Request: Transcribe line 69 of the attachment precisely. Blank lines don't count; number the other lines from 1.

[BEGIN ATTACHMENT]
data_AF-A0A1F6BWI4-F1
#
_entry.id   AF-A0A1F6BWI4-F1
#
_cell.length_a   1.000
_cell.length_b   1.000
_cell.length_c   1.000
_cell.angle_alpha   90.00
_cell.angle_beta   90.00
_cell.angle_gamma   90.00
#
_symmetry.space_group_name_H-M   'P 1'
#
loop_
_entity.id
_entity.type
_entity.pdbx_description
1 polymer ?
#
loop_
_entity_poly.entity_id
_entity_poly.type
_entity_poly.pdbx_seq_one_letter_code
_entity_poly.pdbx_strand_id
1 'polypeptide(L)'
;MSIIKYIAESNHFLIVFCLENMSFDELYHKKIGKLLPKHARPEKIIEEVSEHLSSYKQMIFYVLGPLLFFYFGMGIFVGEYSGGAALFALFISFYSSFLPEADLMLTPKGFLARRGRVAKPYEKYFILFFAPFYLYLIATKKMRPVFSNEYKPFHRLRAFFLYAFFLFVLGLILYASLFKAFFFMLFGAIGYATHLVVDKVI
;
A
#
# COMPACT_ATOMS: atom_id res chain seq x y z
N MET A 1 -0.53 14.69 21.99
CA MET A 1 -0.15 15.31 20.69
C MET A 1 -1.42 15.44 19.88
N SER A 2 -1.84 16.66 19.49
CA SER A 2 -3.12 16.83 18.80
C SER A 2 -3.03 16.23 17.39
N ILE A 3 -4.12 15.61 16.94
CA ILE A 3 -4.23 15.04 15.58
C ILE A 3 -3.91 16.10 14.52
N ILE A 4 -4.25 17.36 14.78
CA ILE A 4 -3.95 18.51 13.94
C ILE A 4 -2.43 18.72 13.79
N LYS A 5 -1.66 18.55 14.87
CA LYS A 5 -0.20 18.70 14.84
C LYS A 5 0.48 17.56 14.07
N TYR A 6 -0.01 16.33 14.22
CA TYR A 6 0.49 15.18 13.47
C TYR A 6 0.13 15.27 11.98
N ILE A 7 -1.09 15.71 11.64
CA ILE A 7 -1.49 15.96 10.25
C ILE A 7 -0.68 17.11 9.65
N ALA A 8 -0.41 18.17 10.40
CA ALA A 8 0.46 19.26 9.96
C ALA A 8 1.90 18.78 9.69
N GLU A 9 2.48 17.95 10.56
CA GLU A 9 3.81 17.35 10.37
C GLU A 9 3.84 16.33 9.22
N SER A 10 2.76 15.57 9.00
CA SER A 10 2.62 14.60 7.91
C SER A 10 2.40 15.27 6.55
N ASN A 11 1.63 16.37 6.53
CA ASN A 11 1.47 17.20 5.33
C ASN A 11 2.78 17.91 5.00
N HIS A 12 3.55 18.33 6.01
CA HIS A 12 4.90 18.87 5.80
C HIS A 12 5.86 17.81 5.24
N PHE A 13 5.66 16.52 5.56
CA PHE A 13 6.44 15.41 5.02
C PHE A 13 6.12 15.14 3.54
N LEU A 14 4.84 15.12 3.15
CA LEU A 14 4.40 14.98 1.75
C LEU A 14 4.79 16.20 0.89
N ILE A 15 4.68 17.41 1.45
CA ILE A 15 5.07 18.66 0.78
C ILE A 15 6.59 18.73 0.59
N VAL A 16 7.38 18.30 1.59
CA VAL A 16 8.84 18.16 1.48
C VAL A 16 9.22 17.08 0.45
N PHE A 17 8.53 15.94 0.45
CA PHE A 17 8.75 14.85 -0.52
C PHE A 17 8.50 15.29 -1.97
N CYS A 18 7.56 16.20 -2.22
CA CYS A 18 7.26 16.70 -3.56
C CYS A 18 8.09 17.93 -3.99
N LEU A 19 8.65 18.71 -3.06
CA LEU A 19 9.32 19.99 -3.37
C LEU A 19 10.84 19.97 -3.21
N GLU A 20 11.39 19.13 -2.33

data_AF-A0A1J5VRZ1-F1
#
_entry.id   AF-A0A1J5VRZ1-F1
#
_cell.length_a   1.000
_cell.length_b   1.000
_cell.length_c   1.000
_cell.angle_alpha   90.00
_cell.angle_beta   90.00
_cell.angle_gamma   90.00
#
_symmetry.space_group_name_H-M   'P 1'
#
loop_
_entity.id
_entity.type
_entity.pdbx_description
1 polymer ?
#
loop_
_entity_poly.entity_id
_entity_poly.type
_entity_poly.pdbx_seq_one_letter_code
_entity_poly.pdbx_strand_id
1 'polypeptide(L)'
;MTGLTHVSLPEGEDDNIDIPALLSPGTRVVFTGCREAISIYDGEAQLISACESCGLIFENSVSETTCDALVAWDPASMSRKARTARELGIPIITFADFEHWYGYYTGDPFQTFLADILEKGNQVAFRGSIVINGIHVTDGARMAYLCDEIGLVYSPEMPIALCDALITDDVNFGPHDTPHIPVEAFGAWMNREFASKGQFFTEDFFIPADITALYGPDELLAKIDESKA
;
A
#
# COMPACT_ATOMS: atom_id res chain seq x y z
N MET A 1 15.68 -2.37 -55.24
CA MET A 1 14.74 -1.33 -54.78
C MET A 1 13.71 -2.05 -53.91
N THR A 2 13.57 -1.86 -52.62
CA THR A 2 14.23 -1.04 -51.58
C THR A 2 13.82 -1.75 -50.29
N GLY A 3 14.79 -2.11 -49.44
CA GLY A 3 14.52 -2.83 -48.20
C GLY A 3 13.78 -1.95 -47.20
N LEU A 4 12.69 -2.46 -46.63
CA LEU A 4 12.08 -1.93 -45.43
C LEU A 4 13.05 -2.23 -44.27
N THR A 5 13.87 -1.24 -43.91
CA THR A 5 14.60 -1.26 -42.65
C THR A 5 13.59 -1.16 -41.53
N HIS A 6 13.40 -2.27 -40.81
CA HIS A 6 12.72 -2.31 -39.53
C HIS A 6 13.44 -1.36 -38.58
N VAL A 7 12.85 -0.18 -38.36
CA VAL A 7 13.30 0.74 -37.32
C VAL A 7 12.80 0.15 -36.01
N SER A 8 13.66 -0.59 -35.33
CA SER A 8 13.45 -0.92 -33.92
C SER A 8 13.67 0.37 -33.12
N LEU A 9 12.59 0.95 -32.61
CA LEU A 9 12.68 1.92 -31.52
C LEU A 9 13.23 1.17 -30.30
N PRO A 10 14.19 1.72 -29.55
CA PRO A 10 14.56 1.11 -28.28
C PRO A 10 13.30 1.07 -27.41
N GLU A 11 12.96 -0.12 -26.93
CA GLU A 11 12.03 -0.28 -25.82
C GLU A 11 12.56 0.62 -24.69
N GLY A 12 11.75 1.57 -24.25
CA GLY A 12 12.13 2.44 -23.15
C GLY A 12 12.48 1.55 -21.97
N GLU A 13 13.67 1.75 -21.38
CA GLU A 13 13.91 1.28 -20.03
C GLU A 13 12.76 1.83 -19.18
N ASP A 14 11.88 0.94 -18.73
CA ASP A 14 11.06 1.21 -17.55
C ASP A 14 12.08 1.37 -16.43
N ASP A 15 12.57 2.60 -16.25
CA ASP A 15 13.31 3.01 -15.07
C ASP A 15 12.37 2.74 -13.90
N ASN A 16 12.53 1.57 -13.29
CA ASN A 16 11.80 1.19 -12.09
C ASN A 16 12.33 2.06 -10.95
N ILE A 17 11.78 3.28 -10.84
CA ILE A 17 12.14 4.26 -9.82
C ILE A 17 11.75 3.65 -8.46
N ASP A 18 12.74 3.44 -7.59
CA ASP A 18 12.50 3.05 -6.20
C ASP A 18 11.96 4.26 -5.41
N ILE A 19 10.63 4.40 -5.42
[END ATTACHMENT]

C PHE A 13 6.12 15.14 3.54